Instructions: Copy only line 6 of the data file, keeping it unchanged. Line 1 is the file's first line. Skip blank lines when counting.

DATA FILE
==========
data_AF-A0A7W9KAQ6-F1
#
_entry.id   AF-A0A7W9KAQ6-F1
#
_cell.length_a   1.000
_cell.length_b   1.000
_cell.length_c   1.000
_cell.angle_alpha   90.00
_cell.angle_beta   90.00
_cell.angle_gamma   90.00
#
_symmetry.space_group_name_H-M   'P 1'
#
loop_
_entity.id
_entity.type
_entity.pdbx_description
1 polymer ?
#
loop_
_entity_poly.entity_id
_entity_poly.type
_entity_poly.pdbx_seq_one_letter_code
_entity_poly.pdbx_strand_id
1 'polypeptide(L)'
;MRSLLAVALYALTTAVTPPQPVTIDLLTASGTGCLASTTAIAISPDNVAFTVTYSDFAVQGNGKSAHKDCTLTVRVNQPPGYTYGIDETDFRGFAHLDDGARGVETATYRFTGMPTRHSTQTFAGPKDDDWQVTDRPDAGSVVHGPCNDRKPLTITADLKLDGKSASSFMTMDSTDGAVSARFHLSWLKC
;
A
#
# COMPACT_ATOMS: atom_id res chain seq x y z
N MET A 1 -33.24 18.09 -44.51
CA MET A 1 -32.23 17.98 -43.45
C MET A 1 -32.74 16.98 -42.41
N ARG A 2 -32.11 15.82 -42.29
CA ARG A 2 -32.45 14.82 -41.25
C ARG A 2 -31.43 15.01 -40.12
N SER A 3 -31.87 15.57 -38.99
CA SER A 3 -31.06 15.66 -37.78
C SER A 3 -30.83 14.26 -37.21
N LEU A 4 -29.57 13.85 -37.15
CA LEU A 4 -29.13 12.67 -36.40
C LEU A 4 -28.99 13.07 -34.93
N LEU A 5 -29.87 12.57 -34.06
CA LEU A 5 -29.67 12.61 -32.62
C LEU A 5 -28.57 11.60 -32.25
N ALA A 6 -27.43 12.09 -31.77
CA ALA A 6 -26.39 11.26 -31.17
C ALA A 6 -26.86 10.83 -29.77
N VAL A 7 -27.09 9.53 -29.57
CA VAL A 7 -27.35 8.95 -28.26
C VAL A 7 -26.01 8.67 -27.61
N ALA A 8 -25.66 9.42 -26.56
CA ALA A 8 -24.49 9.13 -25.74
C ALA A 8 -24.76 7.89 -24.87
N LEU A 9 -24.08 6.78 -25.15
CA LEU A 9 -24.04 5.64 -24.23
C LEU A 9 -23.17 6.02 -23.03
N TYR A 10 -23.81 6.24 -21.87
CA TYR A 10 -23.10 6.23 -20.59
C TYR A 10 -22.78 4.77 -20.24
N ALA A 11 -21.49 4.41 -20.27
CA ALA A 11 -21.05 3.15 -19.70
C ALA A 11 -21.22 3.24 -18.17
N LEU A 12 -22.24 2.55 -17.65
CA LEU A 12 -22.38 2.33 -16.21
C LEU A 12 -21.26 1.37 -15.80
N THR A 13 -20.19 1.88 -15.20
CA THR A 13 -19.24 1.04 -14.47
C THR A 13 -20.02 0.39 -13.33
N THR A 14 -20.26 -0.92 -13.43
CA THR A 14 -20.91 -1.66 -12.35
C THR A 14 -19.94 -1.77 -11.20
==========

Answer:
_cell.length_b   1.000